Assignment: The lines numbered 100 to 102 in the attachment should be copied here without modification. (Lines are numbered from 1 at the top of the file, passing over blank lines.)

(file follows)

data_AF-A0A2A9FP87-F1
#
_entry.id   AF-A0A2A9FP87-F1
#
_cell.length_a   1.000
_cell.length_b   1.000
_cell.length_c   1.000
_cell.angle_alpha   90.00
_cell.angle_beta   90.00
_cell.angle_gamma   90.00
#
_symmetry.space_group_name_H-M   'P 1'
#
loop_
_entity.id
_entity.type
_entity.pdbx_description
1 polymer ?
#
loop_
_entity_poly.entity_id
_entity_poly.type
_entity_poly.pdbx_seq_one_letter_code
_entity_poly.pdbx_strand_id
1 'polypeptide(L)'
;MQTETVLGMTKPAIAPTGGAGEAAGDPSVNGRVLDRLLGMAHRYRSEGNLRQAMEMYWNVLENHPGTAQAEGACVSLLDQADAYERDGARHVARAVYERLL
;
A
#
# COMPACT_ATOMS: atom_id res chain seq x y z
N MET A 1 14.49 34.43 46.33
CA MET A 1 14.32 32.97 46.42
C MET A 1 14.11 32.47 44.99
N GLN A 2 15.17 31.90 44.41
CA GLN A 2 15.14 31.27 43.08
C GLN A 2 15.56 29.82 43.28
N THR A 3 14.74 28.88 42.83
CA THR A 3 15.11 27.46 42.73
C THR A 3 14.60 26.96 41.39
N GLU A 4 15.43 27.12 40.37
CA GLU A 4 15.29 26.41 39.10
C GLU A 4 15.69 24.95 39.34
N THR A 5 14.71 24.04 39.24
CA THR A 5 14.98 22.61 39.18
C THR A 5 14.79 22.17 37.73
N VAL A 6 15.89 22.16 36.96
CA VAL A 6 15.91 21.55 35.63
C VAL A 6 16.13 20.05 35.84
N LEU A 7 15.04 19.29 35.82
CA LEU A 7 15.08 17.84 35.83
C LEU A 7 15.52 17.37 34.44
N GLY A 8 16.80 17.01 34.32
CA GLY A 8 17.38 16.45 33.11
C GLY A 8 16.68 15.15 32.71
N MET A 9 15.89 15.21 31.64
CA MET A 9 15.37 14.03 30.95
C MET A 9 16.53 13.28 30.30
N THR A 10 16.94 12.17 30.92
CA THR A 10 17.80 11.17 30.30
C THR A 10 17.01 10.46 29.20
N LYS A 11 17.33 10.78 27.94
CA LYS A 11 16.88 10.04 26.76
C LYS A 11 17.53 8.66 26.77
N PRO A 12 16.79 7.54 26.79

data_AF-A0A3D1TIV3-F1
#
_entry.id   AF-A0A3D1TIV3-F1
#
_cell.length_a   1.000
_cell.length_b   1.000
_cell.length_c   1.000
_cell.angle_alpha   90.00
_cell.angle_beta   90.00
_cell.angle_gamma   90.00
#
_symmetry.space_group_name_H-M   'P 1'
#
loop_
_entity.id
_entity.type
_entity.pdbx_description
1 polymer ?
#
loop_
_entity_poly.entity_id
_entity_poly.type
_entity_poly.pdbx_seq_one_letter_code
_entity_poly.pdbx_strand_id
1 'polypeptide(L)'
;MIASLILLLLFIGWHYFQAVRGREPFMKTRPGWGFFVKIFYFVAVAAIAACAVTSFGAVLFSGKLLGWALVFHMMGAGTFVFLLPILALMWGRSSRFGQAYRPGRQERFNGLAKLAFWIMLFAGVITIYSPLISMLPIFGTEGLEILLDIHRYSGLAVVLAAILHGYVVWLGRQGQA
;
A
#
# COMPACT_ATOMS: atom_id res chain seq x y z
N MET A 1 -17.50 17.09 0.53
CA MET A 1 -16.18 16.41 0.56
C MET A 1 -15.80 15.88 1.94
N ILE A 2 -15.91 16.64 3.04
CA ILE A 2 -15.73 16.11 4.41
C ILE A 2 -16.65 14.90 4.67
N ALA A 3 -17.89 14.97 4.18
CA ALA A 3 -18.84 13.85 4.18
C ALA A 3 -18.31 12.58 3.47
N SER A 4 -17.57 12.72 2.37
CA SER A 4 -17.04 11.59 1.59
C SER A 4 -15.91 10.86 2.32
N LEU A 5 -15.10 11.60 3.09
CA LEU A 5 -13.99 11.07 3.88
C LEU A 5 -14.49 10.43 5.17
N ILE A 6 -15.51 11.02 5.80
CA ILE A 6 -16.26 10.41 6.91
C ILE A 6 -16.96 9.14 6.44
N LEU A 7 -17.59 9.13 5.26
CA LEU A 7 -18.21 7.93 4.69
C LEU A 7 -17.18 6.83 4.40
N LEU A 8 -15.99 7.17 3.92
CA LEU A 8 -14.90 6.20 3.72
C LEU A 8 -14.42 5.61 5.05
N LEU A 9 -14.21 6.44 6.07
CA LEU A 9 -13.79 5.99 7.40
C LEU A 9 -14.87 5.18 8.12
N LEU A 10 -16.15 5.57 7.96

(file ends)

C ILE A 2 -16.65 14.90 4.67
N ALA A 3 -17.89 14.97 4.18
CA ALA A 3 -18.84 13.85 4.18